Friday, October 7, 2016
Money in Ancient Rome By James William Gilbart 1853
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The Romans, like other ancient nations, had, at first, no coined money, but either exchanged commodities against one another, or used a certain weight of uncoined brass. The various names of money also denoted weights, in the same way as with us, who now use the word "pound" to denote a coin, whereas it first denoted a pound of silver. Indeed, we have borrowed this practice from the Romans; and over the figures that denote the pounds, we do not place the letter P, but the letter L—the first letter in the word libra—the Latin word for a pound. The Roman pound was equal to about twelve ounces avoirdupois.
The table of Roman money would stand thus:—
10 asses make one denarius.
25 denarii make one aureus.
The as was of brass, the denarius of silver, and the aureus of gold.
All the Roman money was originally of brass; and hence the word as, which in Latin denotes brass, is also employed to denote money. Silver was not coined in Rome until the year of the city 483; that is, 269 years before the Christian era,—and gold, 62 years later, or 207 years before the Christian era.
Servius Tullius first stamped pieces of brass with the image of cattle, oxen, and swine. The Latin name for these is pecudes; hence, money was called pecunia, from which we derive our word pecuniary. The As was a brass coin that weighed a pound. There were other brass coins, weighing one-half, one-fourth, and one-sixth of a pound.
The practice of depreciating the currency, by issuing coins sustaining the same names as the previous coins, but containing a less quantity of metal, was adopted by the Romans to a greater extent than in our own country. With us, a pound weight of silver that was formerly coined into twenty shillings, is now coined into sixty-six shillings. In the first Punic war, money became so scarce that the Romans coined asses that only weighed two ounces, or the sixth part of a pound, which passed for the same value as those of a pound weight had done; by this means the republic gained five-sixths, and thus discharged its debts. Such an example could not fail to have imitators among succeeding statesmen. In the second Punic war, while Fabius was dictator, the asses were made to weigh only one ounce, and subsequently they were reduced to half an ounce.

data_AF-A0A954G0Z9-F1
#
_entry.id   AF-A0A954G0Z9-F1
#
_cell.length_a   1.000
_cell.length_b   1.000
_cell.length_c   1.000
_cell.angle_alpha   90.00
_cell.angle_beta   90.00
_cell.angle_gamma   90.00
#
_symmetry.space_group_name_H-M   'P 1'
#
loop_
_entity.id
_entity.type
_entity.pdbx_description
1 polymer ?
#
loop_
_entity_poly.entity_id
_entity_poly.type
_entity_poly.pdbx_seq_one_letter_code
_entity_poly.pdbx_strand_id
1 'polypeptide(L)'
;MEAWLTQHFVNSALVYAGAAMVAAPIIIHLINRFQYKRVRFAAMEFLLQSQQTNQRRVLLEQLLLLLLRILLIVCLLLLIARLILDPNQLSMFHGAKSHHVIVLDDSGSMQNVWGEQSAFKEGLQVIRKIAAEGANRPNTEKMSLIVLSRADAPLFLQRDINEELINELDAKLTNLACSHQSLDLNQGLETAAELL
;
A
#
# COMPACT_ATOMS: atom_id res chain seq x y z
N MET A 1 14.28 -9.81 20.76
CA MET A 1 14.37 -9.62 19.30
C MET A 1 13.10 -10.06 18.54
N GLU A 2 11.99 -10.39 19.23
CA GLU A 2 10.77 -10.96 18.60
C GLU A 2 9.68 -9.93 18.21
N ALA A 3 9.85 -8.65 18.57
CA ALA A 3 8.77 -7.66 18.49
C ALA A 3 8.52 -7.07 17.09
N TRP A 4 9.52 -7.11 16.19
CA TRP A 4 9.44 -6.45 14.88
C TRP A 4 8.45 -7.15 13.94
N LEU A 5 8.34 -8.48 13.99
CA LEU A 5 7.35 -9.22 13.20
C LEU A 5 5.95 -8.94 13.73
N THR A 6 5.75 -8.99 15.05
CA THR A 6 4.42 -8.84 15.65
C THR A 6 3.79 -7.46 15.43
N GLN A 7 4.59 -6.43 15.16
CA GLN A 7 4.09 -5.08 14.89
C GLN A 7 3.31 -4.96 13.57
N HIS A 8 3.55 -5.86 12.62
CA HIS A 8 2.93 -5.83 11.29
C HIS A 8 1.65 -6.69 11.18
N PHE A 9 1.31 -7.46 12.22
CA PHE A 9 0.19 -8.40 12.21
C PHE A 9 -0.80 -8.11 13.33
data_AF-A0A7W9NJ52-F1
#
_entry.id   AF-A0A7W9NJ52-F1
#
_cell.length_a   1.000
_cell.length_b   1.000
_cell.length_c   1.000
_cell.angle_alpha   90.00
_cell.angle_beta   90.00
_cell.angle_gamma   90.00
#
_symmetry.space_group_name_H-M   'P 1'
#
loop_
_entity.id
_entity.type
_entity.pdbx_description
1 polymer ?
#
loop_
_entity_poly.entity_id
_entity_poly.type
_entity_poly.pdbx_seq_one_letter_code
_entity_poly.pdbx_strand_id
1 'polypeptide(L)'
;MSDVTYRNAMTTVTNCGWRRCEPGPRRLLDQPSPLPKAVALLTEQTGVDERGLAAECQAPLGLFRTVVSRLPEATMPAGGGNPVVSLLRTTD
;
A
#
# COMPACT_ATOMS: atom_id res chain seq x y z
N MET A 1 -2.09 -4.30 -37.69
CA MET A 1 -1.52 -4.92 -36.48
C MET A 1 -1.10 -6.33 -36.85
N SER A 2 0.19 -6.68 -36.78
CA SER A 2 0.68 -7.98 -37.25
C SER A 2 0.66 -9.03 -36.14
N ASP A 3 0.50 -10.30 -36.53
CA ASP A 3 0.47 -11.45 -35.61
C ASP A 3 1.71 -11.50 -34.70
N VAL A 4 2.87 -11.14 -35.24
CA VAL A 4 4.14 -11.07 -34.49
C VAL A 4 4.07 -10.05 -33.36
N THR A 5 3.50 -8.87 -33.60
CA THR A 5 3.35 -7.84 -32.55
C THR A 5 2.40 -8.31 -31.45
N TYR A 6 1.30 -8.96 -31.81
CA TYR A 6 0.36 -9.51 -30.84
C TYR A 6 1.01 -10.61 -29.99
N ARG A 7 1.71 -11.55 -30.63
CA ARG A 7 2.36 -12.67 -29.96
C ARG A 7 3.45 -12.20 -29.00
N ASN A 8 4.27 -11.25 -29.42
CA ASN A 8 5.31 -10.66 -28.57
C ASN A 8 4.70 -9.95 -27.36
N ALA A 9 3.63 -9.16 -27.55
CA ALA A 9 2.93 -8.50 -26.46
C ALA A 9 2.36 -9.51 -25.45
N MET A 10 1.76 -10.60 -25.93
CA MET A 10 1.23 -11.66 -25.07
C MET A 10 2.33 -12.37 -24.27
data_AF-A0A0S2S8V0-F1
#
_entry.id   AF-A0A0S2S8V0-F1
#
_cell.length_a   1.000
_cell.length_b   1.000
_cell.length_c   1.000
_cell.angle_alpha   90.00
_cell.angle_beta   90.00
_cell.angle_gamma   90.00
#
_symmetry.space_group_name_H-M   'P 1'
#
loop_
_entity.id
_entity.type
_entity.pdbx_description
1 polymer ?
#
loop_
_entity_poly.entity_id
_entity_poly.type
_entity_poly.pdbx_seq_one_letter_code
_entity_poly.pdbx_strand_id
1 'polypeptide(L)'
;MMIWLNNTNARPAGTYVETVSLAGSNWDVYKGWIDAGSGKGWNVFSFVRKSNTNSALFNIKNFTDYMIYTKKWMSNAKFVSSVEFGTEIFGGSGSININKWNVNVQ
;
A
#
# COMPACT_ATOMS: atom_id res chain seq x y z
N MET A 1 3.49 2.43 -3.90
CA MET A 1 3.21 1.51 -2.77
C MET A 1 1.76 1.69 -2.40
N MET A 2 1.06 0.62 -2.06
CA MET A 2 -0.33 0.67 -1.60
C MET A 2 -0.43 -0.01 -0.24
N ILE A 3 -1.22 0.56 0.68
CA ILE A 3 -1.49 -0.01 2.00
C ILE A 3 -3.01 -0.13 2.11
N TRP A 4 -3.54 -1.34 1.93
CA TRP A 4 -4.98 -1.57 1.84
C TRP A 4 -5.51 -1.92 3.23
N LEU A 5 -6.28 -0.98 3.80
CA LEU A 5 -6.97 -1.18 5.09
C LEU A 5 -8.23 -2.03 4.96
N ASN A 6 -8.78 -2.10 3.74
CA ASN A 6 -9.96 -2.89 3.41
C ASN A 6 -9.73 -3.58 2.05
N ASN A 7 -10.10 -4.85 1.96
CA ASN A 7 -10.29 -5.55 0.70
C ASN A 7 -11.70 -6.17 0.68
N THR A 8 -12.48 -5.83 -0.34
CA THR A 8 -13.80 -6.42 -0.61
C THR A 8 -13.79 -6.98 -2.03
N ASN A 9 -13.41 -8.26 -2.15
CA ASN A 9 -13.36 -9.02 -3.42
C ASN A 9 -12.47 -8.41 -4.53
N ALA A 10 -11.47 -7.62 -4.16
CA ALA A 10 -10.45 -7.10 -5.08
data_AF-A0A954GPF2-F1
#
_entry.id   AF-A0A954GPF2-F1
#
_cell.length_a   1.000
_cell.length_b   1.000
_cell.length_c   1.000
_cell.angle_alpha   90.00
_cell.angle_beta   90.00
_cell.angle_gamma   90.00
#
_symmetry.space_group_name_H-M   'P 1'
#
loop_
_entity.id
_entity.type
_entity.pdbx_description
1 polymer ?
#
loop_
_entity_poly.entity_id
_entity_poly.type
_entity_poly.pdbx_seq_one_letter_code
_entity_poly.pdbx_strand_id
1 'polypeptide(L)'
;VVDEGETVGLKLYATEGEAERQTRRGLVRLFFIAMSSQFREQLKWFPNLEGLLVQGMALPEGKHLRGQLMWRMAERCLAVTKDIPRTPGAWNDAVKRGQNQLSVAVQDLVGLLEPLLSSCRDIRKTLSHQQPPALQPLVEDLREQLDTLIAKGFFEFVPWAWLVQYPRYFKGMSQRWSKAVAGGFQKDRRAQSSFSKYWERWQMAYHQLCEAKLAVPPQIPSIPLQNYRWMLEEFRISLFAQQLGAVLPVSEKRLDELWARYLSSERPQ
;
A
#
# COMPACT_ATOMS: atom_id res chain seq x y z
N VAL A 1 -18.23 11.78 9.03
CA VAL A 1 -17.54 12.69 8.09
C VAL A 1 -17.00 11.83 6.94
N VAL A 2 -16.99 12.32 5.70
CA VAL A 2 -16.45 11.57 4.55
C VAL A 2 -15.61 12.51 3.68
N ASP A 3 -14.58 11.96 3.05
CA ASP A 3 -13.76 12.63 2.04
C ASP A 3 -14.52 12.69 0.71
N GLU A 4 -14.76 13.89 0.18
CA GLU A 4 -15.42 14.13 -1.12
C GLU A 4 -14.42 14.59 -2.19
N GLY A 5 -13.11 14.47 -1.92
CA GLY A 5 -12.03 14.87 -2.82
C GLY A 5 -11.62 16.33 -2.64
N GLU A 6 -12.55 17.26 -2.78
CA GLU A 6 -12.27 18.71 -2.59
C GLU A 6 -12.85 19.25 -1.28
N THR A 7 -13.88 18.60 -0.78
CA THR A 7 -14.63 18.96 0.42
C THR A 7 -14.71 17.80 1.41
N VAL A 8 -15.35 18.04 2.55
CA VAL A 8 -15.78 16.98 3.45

The denarius was of silver. The Romans had three silver coins—the denarius, the quinarius, and the sestertius. The first was equal to ten asses, that is, to ten pounds of brass; the second, to five asses; and the third, to two asses and a-half.
A pound of silver was coined into a hundred denarii; so that, at first, a pound of silver was equal to a thousand pounds of brass, a circumstance which proves that silver was then comparatively scarce. But afterwards the case was altered; for, when the weight of the as was diminished, it bore the same proportion to the denarius as before, till it was reduced to one ounce, and then a denarius passed for sixteen asses. The weight of the silver money also varied, and was different under the emperors from what it had been under the republic.
We translate the word denarius by the word penny, and over figures denoting pence we put the letter D, being the first letter in the word denarius, the Latin for a penny. But the Roman penny was not made of copper, nor of brass, but of silver, and, at the time of the Christian era, was worth about sevenpence-halfpenny of our money. We learn from the New Testament history, that the Roman penny bore the image and superscription of the emperor, and was used in the payment of taxes; that it was the usual wages for a day's labour; and that two-pence would provide a night's entertainment at a public inn.